Truckster has a Kubota 3 cyl of 20ish horsepower, so should run the saw OK. Problem is that the Kubota has to be throttled down to 800rpm to give 400 PTO rpm at which speed it produces about 1/2hp & the saw will only slowly cut up to 3-4”.

So – I need a speed reducer so I can run the Kubota at a speed to produce 15+ hp at a PTO speed of 400. Somewhere around 1:2 reduction should do it…

I assembled the following potential bits from my scrap/stock pile :

Speedreducerbits1.jpg SpeedReducerbits2.jpg


2 FIAT Tempra rear hubs together with stub axles (30mm dia) & nuts.
1 6” pulley from the water pump of a Jaguar XJS that some scrote had burned out on the mountain behind our house about 20 years back. I salvaged that pulley from a pile of molten aluminium when examining the remains.
1 3” pulley, source unremembered.
1 Cambelt tensioner from a FIAT uno (eccentric type)
1 crossbar from an electricity pole (4” x 3/8” galvanised angle)
1 piece of well rusty 3/8” plate source unremembered.
Small cast iron weight from an exercise set (about 4”x 1.5”) a ”road find” IIRC.
Some 6mm SQ key stock.
M12 X 1.25 Allen Bolts
M8 Dexion bolts
I would have liked to use sprockets & chain, but didn’t have anything suitable in store (shed obviously way too small, dear), so a belt it would have to be. (no duplex pulleys either)

I actually bought <sob> a PTO extender about 12” long (F to M) to provide the input & output shafts for the reducer.
PTOext.jpg

Started by cutting the PTO extender in half & welding each half to the rear of the FIAT stub axles, counterboring each for a pin to achieve concentricity.
Bored the 3” pulley to 30 mm
Bored the CI weight to 30mm & turned to make a hub for the 6” pulley & fixed with 3 Dexion bolts.

Ground some ¼” tool steel (broken endmill) to make a 6mm slot cutter & mounted in a boring bar.
Used the lathe carriage to cut the internal keyways in both pulley bores. First time I’d done this & it went quite well – wouldn’t pass a Rolls Royce inspection, but it’ll do for this bodgeup!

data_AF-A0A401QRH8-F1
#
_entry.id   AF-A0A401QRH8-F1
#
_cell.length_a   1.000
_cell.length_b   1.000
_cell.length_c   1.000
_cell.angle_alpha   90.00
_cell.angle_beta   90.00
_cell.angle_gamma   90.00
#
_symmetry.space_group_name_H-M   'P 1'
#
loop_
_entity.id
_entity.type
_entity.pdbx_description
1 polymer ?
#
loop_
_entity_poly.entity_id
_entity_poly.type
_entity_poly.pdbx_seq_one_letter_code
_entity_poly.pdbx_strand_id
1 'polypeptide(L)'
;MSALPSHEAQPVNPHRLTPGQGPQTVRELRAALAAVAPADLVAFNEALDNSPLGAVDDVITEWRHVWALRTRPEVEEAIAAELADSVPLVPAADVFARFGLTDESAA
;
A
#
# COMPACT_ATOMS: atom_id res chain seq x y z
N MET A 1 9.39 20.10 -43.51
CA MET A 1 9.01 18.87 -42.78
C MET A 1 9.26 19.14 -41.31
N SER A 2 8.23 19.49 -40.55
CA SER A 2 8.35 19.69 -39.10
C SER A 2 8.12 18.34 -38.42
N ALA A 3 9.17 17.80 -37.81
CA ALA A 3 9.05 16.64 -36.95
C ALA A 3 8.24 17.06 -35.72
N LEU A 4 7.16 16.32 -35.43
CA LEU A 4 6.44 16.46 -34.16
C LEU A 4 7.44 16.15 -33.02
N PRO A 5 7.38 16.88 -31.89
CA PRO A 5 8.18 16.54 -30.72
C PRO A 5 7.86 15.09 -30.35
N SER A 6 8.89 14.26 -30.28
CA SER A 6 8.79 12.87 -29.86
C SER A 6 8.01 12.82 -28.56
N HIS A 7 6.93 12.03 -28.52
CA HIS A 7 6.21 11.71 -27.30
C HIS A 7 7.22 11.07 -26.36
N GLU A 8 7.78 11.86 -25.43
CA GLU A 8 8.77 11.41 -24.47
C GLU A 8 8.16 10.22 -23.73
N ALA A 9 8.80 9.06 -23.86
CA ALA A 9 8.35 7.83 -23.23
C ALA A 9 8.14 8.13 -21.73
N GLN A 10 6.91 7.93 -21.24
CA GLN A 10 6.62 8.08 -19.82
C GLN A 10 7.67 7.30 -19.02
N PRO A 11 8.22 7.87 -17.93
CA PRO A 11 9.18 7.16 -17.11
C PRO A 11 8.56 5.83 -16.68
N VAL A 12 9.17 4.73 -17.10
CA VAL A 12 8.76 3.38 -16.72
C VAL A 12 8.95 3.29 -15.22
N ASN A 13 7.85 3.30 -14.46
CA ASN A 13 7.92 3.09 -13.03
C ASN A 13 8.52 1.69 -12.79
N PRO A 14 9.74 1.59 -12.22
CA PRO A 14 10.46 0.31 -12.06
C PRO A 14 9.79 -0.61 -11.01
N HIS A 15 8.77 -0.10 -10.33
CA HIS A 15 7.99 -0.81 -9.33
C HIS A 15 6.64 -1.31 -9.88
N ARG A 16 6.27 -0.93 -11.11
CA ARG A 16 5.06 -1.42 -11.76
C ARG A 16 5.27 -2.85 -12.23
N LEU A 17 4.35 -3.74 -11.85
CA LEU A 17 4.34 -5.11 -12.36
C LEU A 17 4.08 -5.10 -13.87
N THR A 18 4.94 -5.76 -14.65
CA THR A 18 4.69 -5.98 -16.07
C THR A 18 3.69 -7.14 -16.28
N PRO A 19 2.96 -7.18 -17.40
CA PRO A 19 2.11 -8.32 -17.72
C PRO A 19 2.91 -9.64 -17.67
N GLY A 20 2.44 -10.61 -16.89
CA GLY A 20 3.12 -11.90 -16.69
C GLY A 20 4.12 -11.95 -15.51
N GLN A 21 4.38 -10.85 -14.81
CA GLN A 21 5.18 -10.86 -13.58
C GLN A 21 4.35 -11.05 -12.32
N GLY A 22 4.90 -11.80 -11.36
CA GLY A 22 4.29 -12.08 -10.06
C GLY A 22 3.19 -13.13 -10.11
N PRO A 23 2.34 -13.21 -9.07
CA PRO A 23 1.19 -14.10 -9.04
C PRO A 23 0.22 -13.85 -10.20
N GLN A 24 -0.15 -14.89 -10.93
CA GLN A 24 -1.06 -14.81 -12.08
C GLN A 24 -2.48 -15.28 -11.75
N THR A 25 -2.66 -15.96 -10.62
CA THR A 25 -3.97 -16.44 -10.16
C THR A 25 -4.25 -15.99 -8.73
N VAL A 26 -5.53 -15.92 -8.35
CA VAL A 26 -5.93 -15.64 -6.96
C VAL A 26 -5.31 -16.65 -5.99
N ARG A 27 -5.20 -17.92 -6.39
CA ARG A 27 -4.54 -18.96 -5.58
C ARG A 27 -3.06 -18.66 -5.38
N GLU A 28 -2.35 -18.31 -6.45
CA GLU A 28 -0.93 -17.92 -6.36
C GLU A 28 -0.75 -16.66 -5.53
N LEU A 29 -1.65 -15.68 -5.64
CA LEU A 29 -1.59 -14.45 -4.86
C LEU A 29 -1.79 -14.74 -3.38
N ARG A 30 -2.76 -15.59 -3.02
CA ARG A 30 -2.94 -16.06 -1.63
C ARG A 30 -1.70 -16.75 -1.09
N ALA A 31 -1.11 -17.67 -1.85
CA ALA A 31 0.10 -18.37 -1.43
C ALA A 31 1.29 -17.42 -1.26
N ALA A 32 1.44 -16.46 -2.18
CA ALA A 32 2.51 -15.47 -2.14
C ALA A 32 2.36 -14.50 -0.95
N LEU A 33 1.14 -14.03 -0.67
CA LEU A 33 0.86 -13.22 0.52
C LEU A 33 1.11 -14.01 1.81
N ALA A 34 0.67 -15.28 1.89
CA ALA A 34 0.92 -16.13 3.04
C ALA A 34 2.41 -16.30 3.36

KeywayCutter.jpg

Cut 6mm keyways in both stub axles in the mill & fitted keystock for pulley bores.
Cut a suitable length of the 4” angle to make the chassis of the reducer (12” abrasive chopsaw made short work of this). Chopped it about a bit with angle grinder.
Cut a suitable piece of 3/8 plate to weld to the angle ready to mount the hubs to the chassis.
Used a Sandvik 65mm holesaw to cut holes for the hubs in the chassis. Used about 200rpm in my inverter controlled Meddings drill press, lots of cutting oil & a 4mm chip clearance hole drilled beforehand on the circle – went surprisingly easily.
Offered the hubs & drilled bolt circle to mount them – could only find 4 suitable metric fine allen bolts, so 2 per hub it had to be to start.

Apart from machining suitable spacers from pipe & a few heavy washers, all was ready.

SpeedReducer1.jpg SpeedReducer2.jpg
Assembled the bits, estimated a 29” vee belt would fit, mounted the Uno tensioner to the chassis. I didn’t have an A29 belt, so more new bits needed! Ordered an A29 & A 30 belt , to be safe. Found the A29 was still a bit long once I’d fitted it (the angles round the tensioner look a bit extreme to me), so I’ve just ordered a couple of A28 belts. I don’t know how long the belt will last – I’ll suck it & see once I’ve started sawing. I suspect I may need to go to sprockets & chain, but we’ll see.
SpeedReducerTrialFit1.jpg

I’ve about a winters worth of logs ready for sawing & splitting, but all my log stores are full already, so next job is to extend a pole barn to be able to store the stuff ready to be sawn.
 

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Man fined £300 for bonfire-related waste offences

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Written by William Kellett from Agriland

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A man has pleaded guilty at Newtownards Magistrates’ Court to waste offences relating to a bonfire next to the electrical sub-station on the Circular Road in Newtownards, Co. Down.

Gareth Gill (51) of Abbot’s Walk, Newtownards pleaded guilty to two charges under the Waste and Contaminated Land (Northern Ireland) Order 1997, for which he was fined £150 each and ordered to pay a £15 offender’s levy

On June 25, 2018, PSNI officers went to Gill’s yard, where they found a large amount of waste consisting of scrap wood, pallets, carpet and underlay.

Discussion with Northern Ireland Environment Agency (NIEA) officers confirmed the site...